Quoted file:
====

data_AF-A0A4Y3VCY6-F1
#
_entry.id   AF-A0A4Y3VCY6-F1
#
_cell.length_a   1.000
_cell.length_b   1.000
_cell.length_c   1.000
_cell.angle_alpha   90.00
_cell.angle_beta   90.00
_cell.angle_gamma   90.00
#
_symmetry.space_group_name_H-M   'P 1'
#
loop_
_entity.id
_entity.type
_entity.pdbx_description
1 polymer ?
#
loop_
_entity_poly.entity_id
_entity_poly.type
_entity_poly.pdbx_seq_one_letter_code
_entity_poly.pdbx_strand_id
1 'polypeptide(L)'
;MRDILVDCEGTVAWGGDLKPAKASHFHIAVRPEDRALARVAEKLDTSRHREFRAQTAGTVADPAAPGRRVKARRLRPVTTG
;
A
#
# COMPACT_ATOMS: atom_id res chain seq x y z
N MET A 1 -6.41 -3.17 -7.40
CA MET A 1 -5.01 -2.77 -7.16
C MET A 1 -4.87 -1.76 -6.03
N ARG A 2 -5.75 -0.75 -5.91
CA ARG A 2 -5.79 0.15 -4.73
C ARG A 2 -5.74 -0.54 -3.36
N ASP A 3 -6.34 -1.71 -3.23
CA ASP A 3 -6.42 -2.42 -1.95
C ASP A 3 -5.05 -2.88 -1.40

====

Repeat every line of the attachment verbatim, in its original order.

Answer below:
data_AF-A0A4Y3VCY6-F1
#
_entry.id   AF-A0A4Y3VCY6-F1
#
_cell.length_a   1.000
_cell.length_b   1.000
_cell.length_c   1.000
_cell.angle_alpha   90.00
_cell.angle_beta   90.00
_cell.angle_gamma   90.00
#
_symmetry.space_group_name_H-M   'P 1'
#
loop_
_entity.id
_entity.type
_entity.pdbx_description
1 polymer ?
#
loop_
_entity_poly.entity_id
_entity_poly.type
_entity_poly.pdbx_seq_one_letter_code
_entity_poly.pdbx_strand_id
1 'polypeptide(L)'
;MRDILVDCEGTVAWGGDLKPAKASHFHIAVRPEDRALARVAEKLDTSRHREFRAQTAGTVADPAAPGRRVKARRLRPVTTG
;
A
#
# COMPACT_ATOMS: atom_id res chain seq x y z
N MET A 1 -6.41 -3.17 -7.40
CA MET A 1 -5.01 -2.77 -7.16
C MET A 1 -4.87 -1.76 -6.03
N ARG A 2 -5.75 -0.75 -5.91
CA ARG A 2 -5.79 0.15 -4.73
C ARG A 2 -5.74 -0.54 -3.36
N ASP A 3 -6.34 -1.71 -3.23
CA ASP A 3 -6.42 -2.42 -1.95
C ASP A 3 -5.05 -2.88 -1.40